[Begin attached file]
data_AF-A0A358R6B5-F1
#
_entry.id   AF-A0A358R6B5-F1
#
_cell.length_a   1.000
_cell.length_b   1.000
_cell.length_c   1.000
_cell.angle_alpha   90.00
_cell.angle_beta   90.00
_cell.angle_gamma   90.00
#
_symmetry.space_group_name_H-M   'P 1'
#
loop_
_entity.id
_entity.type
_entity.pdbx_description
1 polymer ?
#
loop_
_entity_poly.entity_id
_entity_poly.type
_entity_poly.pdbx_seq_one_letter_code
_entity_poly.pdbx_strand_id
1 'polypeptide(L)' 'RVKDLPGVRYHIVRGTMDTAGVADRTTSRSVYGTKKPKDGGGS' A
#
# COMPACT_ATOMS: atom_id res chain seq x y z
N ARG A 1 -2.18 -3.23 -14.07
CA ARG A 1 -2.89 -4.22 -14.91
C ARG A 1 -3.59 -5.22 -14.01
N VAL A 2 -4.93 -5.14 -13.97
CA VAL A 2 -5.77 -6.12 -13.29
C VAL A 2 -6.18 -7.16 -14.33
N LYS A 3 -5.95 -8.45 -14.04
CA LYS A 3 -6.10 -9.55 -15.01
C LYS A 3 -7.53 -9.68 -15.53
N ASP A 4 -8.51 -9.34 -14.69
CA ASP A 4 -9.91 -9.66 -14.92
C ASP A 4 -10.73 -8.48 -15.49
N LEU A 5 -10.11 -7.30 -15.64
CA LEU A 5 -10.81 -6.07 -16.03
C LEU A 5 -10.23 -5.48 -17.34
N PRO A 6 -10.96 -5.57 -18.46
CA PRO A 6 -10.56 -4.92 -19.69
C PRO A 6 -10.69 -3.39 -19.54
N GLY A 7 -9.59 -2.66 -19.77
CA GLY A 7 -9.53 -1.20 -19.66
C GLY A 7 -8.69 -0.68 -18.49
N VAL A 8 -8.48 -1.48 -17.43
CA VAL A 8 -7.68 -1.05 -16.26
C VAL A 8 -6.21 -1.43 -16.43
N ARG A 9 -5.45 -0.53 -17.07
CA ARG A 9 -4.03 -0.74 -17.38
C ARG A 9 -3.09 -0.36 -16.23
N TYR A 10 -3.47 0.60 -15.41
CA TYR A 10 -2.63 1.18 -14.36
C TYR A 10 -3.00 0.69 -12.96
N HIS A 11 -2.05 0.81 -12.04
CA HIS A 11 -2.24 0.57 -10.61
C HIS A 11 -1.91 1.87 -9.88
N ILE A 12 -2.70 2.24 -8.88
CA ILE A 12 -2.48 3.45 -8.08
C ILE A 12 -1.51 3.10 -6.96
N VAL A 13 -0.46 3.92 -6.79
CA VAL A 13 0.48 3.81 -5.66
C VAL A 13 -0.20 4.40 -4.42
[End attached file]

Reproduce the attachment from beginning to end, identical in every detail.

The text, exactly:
data_AF-A0A358R6B5-F1
#
_entry.id   AF-A0A358R6B5-F1
#
_cell.length_a   1.000
_cell.length_b   1.000
_cell.length_c   1.000
_cell.angle_alpha   90.00
_cell.angle_beta   90.00
_cell.angle_gamma   90.00
#
_symmetry.space_group_name_H-M   'P 1'
#
loop_
_entity.id
_entity.type
_entity.pdbx_description
1 polymer ?
#
loop_
_entity_poly.entity_id
_entity_poly.type
_entity_poly.pdbx_seq_one_letter_code
_entity_poly.pdbx_strand_id
1 'polypeptide(L)' 'RVKDLPGVRYHIVRGTMDTAGVADRTTSRSVYGTKKPKDGGGS' A
#
# COMPACT_ATOMS: atom_id res chain seq x y z
N ARG A 1 -2.18 -3.23 -14.07
CA ARG A 1 -2.89 -4.22 -14.91
C ARG A 1 -3.59 -5.22 -14.01
N VAL A 2 -4.93 -5.14 -13.97
CA VAL A 2 -5.77 -6.12 -13.29
C VAL A 2 -6.18 -7.16 -14.33
N LYS A 3 -5.95 -8.45 -14.04
CA LYS A 3 -6.10 -9.55 -15.01
C LYS A 3 -7.53 -9.68 -15.53
N ASP A 4 -8.51 -9.34 -14.69
CA ASP A 4 -9.91 -9.66 -14.92
C ASP A 4 -10.73 -8.48 -15.49
N LEU A 5 -10.11 -7.30 -15.64
CA LEU A 5 -10.81 -6.07 -16.03
C LEU A 5 -10.23 -5.48 -17.34
N PRO A 6 -10.96 -5.57 -18.46
CA PRO A 6 -10.56 -4.92 -19.69
C PRO A 6 -10.69 -3.39 -19.54
N GLY A 7 -9.59 -2.66 -19.77
CA GLY A 7 -9.53 -1.20 -19.66
C GLY A 7 -8.69 -0.68 -18.49
N VAL A 8 -8.48 -1.48 -17.43
CA VAL A 8 -7.68 -1.05 -16.26
C VAL A 8 -6.21 -1.43 -16.43
N ARG A 9 -5.45 -0.53 -17.07
CA ARG A 9 -4.03 -0.74 -17.38
C ARG A 9 -3.09 -0.36 -16.23
N TYR A 10 -3.47 0.60 -15.41
CA TYR A 10 -2.63 1.18 -14.36
C TYR A 10 -3.00 0.69 -12.96
N HIS A 11 -2.05 0.81 -12.04
CA HIS A 11 -2.24 0.57 -10.61
C HIS A 11 -1.91 1.87 -9.88
N ILE A 12 -2.70 2.24 -8.88
CA ILE A 12 -2.48 3.45 -8.08
C ILE A 12 -1.51 3.10 -6.96
N VAL A 13 -0.46 3.92 -6.79
CA VAL A 13 0.48 3.81 -5.66
C VAL A 13 -0.20 4.40 -4.42